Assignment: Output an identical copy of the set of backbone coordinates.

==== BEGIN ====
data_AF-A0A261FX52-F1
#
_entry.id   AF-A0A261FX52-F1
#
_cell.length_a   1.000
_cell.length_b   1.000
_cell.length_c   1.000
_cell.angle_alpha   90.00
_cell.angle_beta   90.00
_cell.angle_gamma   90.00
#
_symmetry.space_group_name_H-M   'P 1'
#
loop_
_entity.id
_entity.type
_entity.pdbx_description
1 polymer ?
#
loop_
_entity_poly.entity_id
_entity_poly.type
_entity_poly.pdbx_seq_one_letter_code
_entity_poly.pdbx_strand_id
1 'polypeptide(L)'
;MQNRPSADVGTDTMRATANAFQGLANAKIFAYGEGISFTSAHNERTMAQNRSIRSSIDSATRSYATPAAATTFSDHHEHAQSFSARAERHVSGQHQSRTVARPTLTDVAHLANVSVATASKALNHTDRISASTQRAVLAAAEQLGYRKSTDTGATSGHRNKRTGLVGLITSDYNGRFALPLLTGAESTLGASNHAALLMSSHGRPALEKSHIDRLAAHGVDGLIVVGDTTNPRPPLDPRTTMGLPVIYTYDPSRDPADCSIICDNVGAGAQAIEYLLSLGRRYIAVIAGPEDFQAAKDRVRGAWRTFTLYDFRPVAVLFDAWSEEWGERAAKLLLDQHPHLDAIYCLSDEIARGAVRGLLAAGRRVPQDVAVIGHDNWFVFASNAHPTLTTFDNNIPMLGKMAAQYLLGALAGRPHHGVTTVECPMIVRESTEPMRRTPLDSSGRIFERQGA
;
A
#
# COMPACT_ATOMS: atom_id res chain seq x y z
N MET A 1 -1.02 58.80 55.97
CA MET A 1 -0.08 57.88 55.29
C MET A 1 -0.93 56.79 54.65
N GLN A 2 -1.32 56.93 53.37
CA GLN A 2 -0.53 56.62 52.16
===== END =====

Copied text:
data_AF-A0A261FX52-F1
#
_entry.id   AF-A0A261FX52-F1
#
_cell.length_a   1.000
_cell.length_b   1.000
_cell.length_c   1.000
_cell.angle_alpha   90.00
_cell.angle_beta   90.00
_cell.angle_gamma   90.00
#
_symmetry.space_group_name_H-M   'P 1'
#
loop_
_entity.id
_entity.type
_entity.pdbx_description
1 polymer ?
#
loop_
_entity_poly.entity_id
_entity_poly.type
_entity_poly.pdbx_seq_one_letter_code
_entity_poly.pdbx_strand_id
1 'polypeptide(L)'
;MQNRPSADVGTDTMRATANAFQGLANAKIFAYGEGISFTSAHNERTMAQNRSIRSSIDSATRSYATPAAATTFSDHHEHAQSFSARAERHVSGQHQSRTVARPTLTDVAHLANVSVATASKALNHTDRISASTQRAVLAAAEQLGYRKSTDTGATSGHRNKRTGLVGLITSDYNGRFALPLLTGAESTLGASNHAALLMSSHGRPALEKSHIDRLAAHGVDGLIVVGDTTNPRPPLDPRTTMGLPVIYTYDPSRDPADCSIICDNVGAGAQAIEYLLSLGRRYIAVIAGPEDFQAAKDRVRGAWRTFTLYDFRPVAVLFDAWSEEWGERAAKLLLDQHPHLDAIYCLSDEIARGAVRGLLAAGRRVPQDVAVIGHDNWFVFASNAHPTLTTFDNNIPMLGKMAAQYLLGALAGRPHHGVTTVECPMIVRESTEPMRRTPLDSSGRIFERQGA
;
A
#
# COMPACT_ATOMS: atom_id res chain seq x y z
N MET A 1 -1.02 58.80 55.97
CA MET A 1 -0.08 57.88 55.29
C MET A 1 -0.93 56.79 54.65
N GLN A 2 -1.32 56.93 53.37
CA GLN A 2 -0.53 56.62 52.16